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According to the National Institutes of Health, “back pain is the second most common neurological ailment in the United States” (NIH). Spinal cord stimulation consists of implanting electrodes in the epidural space to stimulate the dorsal region of the cord; these are powered via extension wires by an electrical pulse generator located in the lower back, abdominal, or gluteal region. The generator is controlled with an external device to meet the needs of the patient (PMA). Since we lack adequate information, determining the best electrode configuration is still, to a large extent, a process of trial and error. Having a software model of the cord allows us to calculate the most effective configuration and thus maximize patient outcome and minimize pain. Spinal cord stimulation works by implanting electrodes This computational approach has into the spinal cord in order to alleviate chronic pain. several advantages. For one thing, it This treatment is limited by our knowledge of the cord’s is more practical; it is easier to test neural circuitry and the effect of different electrode the effects of electrodes virtually than configurations. by implanting them in real patients. It mitting and modulating electrochemical signals also bypasses the ethical issues that arise when across space and time. The large-scale anatomy real patients are involved. In addition, it is more and physiology of the cord are well-established, concrete; it allows us to run virtual experiments but it is only recently that we have begun to un- and test specific hypotheses mathematically, derstand its wiring and function at the micro- obtaining precise and rigorous results. We can scopic level – in other words, what “makes it control many variables that we would not be tick.” A complete genetic map of the mouse spi- able to otherwise, and we can study the system’s nal cord was published in 2008 (PR Newswire), behavior in real time down to the level of indibut to date there has not been an effort to map vidual cells, over a high resolution time scale. the actual circuitry of the spinal cord as a whole. The simulation gives predictions that can be The research project I am involved in at La- tested in reality, and experiments provide data hey aims to construct the first neural model of that can be incorporated back into the model. the human spinal cord. Such a model could then Thus, the whole process is self-correcting, drivbe implemented into software. The ultimate ing the development of an increasingly accurate goal is to use the model as a tool to guide the model. placement of spinal cord stimulators, which are As more experimental data becomes availcurrently used in alleviating chronic pain due to able, and as computing power continues to spinal cord injury or related problems. increase and visualization techniques such as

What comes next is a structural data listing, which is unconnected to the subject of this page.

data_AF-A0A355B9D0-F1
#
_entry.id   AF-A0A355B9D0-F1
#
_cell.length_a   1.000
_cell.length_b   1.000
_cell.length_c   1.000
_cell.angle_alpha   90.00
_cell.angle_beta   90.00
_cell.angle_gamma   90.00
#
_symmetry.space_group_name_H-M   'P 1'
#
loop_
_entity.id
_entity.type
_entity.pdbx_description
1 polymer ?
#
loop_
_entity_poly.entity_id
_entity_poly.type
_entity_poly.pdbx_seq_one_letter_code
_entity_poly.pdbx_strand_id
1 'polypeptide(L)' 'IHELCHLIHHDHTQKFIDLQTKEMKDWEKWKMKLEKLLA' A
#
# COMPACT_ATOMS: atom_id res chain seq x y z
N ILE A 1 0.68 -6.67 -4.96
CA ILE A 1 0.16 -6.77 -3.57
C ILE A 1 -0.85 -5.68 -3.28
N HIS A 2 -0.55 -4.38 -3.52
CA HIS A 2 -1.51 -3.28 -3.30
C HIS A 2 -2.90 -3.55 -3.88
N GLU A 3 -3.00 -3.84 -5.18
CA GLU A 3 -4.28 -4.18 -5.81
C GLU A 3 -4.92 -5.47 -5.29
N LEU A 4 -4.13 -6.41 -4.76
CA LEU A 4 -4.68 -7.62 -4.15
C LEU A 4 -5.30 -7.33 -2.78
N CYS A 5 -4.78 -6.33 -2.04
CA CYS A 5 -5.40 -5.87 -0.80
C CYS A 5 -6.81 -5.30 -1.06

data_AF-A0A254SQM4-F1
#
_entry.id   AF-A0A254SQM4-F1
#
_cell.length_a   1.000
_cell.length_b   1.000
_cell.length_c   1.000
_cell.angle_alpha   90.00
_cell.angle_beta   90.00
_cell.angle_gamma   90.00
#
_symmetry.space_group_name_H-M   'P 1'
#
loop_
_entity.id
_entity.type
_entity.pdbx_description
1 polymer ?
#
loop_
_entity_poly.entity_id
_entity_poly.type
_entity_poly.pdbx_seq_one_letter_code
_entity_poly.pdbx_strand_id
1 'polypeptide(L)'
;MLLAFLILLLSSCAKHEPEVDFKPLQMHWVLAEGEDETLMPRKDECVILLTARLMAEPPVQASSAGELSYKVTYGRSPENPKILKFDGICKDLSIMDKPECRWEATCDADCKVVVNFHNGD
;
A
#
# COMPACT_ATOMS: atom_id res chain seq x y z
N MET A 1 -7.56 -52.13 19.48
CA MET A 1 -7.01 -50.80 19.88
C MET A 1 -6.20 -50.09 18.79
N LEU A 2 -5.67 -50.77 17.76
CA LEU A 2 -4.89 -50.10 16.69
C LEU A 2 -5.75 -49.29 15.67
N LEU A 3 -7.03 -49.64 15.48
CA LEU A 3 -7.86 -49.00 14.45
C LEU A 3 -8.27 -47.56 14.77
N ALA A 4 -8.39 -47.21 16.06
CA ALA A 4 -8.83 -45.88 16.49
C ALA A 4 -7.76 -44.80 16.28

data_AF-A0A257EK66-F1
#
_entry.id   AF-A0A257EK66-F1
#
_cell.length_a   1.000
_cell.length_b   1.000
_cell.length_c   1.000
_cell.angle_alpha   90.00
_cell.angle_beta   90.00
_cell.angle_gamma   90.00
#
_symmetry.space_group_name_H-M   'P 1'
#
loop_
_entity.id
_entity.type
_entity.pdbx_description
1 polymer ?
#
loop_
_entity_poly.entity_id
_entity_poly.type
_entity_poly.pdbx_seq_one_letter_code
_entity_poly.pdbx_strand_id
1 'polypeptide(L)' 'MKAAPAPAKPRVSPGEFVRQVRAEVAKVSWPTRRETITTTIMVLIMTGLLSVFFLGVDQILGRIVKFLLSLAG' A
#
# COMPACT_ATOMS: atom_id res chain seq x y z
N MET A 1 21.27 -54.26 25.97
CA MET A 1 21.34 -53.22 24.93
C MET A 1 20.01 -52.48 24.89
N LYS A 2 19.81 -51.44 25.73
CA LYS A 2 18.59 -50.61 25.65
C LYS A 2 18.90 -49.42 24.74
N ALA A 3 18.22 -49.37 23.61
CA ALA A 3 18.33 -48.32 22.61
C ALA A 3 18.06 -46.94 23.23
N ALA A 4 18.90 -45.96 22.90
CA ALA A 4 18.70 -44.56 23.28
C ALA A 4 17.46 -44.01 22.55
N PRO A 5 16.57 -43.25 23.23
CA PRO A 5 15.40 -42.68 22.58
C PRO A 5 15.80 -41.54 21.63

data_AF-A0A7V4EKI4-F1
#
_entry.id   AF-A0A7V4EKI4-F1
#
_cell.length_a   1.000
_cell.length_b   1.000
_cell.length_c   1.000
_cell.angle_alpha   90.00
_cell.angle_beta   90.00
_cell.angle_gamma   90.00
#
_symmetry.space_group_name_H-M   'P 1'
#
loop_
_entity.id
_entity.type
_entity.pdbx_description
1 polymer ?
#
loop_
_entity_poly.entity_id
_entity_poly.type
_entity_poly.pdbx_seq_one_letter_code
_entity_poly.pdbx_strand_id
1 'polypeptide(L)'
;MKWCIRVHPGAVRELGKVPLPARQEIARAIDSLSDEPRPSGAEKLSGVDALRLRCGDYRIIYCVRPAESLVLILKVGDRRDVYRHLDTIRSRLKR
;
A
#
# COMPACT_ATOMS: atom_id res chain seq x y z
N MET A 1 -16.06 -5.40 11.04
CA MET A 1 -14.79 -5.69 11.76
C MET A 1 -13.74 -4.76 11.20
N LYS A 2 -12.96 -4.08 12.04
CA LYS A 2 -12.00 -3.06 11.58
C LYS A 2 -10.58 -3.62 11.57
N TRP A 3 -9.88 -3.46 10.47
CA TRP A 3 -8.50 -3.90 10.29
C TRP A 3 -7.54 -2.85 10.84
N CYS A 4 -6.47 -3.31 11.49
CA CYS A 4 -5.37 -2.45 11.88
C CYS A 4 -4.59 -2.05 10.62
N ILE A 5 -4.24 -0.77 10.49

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This screenshot of our software shows a simple neural circuit. Using this program, we are able to model how the spinal cord is connected and functions at the cellular level, as well as how it is affected by electrical fields. This allows us to develop more effective and sophisticated treatment options for chronic pain based on spinal cord stimulation.